Solar Ear distributes rechargeable batteries for hearing aids in Brazil. They sent us eight batteries in sizes #675 and #13 to test, plus two solar chargers (Figure 8). These solar charger hearing aid batteries are not charged directly by solar energy, since solar energy is only used to charge the two #AA batteries inside the charger; instead, the #AA batteries function as accumulators of electricity for charging the hearing aid batteries. This process is possible because #AA batteries have a higher load capacity than hearing aid batteries, allowing a controlled discharge of current from #AA batteries to hearing aid batteries. This also occurs when there is electricity in the internal #AA batteries controlled by an electronic circuit located in the charger.
As stated in the solar charger user's manual (in English, without references) it is necessary to charge the internal batteries before charging hearing aid batteries. According to this manual, the charging process can be performed in two ways: solar charging (by leaving the charger exposed to sunlight or artificial light) or through an external battery charger. We decided to remove the #AA batteries from the solar charger and left it for six hours to charge via an external charger (Duracell, CEF14N model - not supplied), as shown in Figure 9. We did this because if the batteries were recharged by the #AA solar charger, this would require 20 hours of exposure to the sun or a light source. Additionally, our laboratory does not have a window that receives direct sunlight, rainfall may have disrupted charging, or the solar charger may even have fallen and been damaged if it was not positioned in a safe place. In urban locations, it is more practical to utilize the convenience of residential electricity, a USB connector (universal serial bus: standard connection to a computer and its peripherals that can rely on a DC power supply), or even power from a car than actual solar energy. This is a result of the difficulty in obtaining direct sunlight for the solar charger, caused by buildings that obscure the availability of natural light in the environment, not to mention loading restrictions on cloudy or rainy days. Therefore, removal of the #AA batteries and external charging was the best option.
Thus, the #AA batteries were charged and put back in the solar charger. Then the process of charging the #675 and #13 batteries was started, by inserting them into the connectors on the solar charger and waiting until the green LED solar charger light went out. The charging time lasted 8 hours for #675 batteries and six hours for #13 batteries, as stated in the user's manual. During the tests, Solar Ear provided us with a new version of the solar charger which had an input for an external power supply (Figure 8, right), but we preferred to continue to use the first solar charger supplied (Figure 8, left).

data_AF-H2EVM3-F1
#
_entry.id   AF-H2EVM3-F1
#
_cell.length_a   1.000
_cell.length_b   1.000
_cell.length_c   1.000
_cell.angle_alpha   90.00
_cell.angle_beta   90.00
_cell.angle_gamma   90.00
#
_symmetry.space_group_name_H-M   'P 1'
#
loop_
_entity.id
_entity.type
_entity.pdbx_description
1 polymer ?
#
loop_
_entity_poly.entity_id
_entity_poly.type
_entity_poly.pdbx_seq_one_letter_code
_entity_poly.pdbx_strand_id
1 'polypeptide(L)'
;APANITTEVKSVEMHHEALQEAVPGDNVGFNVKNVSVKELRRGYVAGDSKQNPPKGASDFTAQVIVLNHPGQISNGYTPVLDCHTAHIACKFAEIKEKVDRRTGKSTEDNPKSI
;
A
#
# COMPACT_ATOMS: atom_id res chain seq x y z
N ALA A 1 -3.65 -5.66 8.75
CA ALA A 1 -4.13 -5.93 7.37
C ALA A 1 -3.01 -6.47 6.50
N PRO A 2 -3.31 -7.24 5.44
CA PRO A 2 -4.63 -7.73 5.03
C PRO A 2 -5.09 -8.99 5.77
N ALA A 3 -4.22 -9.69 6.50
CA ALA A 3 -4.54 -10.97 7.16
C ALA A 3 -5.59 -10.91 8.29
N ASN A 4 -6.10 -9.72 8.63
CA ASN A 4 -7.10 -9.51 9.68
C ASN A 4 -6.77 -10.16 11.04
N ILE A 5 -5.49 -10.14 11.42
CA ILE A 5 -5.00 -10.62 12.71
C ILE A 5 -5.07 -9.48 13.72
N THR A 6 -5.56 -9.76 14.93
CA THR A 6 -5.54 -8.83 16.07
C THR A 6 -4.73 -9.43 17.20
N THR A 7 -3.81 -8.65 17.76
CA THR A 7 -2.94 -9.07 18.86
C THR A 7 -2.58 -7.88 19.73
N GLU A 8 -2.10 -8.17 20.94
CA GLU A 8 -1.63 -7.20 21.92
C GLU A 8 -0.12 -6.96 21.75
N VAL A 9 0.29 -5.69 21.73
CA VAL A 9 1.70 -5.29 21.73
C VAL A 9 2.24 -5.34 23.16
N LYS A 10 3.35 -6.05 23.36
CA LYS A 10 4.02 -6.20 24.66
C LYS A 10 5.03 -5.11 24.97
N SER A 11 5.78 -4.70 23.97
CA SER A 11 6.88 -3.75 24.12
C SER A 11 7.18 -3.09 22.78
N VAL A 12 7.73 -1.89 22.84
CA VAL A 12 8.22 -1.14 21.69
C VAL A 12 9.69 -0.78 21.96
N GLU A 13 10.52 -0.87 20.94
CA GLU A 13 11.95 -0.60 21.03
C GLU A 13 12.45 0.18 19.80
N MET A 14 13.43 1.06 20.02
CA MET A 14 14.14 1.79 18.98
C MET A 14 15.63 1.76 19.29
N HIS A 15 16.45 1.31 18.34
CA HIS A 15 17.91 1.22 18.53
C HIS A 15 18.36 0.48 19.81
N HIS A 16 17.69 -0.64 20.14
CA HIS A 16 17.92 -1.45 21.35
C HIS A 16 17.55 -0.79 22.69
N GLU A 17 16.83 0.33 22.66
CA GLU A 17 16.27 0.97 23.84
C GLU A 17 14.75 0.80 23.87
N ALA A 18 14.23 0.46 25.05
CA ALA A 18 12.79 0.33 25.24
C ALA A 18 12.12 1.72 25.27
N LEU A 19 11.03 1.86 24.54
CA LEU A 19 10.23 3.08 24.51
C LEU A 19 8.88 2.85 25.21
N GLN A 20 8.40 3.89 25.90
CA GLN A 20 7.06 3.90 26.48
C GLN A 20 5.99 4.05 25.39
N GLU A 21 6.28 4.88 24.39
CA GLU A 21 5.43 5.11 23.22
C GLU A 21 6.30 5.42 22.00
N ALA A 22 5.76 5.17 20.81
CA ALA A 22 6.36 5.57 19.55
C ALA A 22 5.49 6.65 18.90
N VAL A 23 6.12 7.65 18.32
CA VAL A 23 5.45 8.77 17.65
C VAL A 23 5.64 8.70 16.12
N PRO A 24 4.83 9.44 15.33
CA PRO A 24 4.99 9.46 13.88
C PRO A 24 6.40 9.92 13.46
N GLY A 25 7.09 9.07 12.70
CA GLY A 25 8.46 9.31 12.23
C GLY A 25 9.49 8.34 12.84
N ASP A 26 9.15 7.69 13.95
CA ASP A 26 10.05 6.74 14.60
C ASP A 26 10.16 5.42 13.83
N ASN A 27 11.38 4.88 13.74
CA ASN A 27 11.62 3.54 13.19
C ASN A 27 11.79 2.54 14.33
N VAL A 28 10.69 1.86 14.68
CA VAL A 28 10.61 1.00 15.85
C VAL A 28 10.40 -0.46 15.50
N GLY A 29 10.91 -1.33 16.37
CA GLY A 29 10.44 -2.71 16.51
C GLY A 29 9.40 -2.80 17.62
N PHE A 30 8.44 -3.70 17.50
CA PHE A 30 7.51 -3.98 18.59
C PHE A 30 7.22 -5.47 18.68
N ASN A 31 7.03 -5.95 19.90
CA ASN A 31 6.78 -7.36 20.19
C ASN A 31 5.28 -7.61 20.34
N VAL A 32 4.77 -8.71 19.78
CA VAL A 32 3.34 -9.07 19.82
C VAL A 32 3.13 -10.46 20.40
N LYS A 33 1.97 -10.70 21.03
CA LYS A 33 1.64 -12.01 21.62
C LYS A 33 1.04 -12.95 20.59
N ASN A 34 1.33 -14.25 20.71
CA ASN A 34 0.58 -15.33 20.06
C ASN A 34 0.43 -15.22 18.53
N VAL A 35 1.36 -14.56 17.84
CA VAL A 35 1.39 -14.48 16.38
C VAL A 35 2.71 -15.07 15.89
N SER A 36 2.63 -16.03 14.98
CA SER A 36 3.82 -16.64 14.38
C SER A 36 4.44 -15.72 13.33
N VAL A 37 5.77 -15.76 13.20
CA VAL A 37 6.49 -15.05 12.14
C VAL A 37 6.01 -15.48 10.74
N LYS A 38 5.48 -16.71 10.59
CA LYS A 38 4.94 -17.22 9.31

According to IEC60086, zinc-air batteries cannot be compared directly with rechargeable batteries, because the former are said to be primary cells while the later are said to secondary batteries. However, such comparison is inevitable in terms of the average service given, which is one of the parameters considered when making the decision regarding use of one battery or the other. Thus, the rechargeable batteries were tested with the same procedures described for zinc-air batteries. In total, eight batteries of both sizes were subjected to tests, the results of which are represented in two formats: as absolute values (Table 3) and as a graphic version (Graphic 5). Solar Ear batteries have proper identification on the anode (Ni-MH cell HL40H and Ni-MH for #675 and #13, respectively), so there was no need for battery identification.
Since the data sheets of the rechargeable batteries did not mention test conditions or related regulations, we cannot comment with regards to agreement or disagreement with their respective standards. However, judging by their capacity (50 mAh and 18 mAh for #675 and #13 batteries, respectively), a higher average service was noted for zinc-air batteries than for rechargeable batteries. This observation is reaffirmed when the results of Tables 1 and 3 are compared. From these tables, it can be seen that #675 zinc-air batteries had an average service greater than five times that of the same size rechargeable batteries. A similar result was found for #13 zinc-air and rechargeable batteries (average service seven times greater). The average values of all voltage measurements of zinc-air batteries were superior to those of the rechargeable batteries due to the higher load capacity of zinc-air batteries.